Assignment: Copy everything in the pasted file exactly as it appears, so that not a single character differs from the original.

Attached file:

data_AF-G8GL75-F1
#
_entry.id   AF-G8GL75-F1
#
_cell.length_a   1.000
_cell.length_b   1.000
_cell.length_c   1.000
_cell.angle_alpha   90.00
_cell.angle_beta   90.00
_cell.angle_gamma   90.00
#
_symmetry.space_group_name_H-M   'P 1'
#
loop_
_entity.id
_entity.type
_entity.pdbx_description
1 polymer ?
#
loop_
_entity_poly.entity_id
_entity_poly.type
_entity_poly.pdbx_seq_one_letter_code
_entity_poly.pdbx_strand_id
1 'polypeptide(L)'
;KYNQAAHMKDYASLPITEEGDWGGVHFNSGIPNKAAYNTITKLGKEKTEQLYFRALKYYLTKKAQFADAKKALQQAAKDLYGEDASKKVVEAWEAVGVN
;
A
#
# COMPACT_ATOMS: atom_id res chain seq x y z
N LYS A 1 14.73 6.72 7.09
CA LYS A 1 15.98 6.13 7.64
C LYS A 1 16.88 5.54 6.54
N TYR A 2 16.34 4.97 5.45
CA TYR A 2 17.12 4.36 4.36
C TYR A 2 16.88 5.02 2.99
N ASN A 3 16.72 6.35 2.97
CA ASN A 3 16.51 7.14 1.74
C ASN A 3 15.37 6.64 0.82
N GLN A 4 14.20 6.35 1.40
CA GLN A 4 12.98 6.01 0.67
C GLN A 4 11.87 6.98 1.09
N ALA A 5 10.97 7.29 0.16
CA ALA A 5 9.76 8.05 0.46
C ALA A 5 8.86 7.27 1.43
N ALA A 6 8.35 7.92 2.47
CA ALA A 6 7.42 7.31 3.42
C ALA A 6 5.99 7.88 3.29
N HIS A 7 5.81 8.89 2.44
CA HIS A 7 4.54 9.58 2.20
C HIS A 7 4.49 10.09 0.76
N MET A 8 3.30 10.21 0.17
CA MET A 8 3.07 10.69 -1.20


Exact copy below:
data_AF-G8GL75-F1
#
_entry.id   AF-G8GL75-F1
#
_cell.length_a   1.000
_cell.length_b   1.000
_cell.length_c   1.000
_cell.angle_alpha   90.00
_cell.angle_beta   90.00
_cell.angle_gamma   90.00
#
_symmetry.space_group_name_H-M   'P 1'
#
loop_
_entity.id
_entity.type
_entity.pdbx_description
1 polymer ?
#
loop_
_entity_poly.entity_id
_entity_poly.type
_entity_poly.pdbx_seq_one_letter_code
_entity_poly.pdbx_strand_id
1 'polypeptide(L)'
;KYNQAAHMKDYASLPITEEGDWGGVHFNSGIPNKAAYNTITKLGKEKTEQLYFRALKYYLTKKAQFADAKKALQQAAKDLYGEDASKKVVEAWEAVGVN
;
A
#
# COMPACT_ATOMS: atom_id res chain seq x y z
N LYS A 1 14.73 6.72 7.09
CA LYS A 1 15.98 6.13 7.64
C LYS A 1 16.88 5.54 6.54
N TYR A 2 16.34 4.97 5.45
CA TYR A 2 17.12 4.36 4.36
C TYR A 2 16.88 5.02 2.99
N ASN A 3 16.72 6.35 2.97
CA ASN A 3 16.51 7.14 1.74
C ASN A 3 15.37 6.64 0.82
N GLN A 4 14.20 6.35 1.40
CA GLN A 4 12.98 6.01 0.67
C GLN A 4 11.87 6.98 1.09
N ALA A 5 10.97 7.29 0.16
CA ALA A 5 9.76 8.05 0.46
C ALA A 5 8.86 7.27 1.43
N ALA A 6 8.35 7.92 2.47
CA ALA A 6 7.42 7.31 3.42
C ALA A 6 5.99 7.88 3.29
N HIS A 7 5.81 8.89 2.44
CA HIS A 7 4.54 9.58 2.20
C HIS A 7 4.49 10.09 0.76
N MET A 8 3.30 10.21 0.17
CA MET A 8 3.07 10.69 -1.20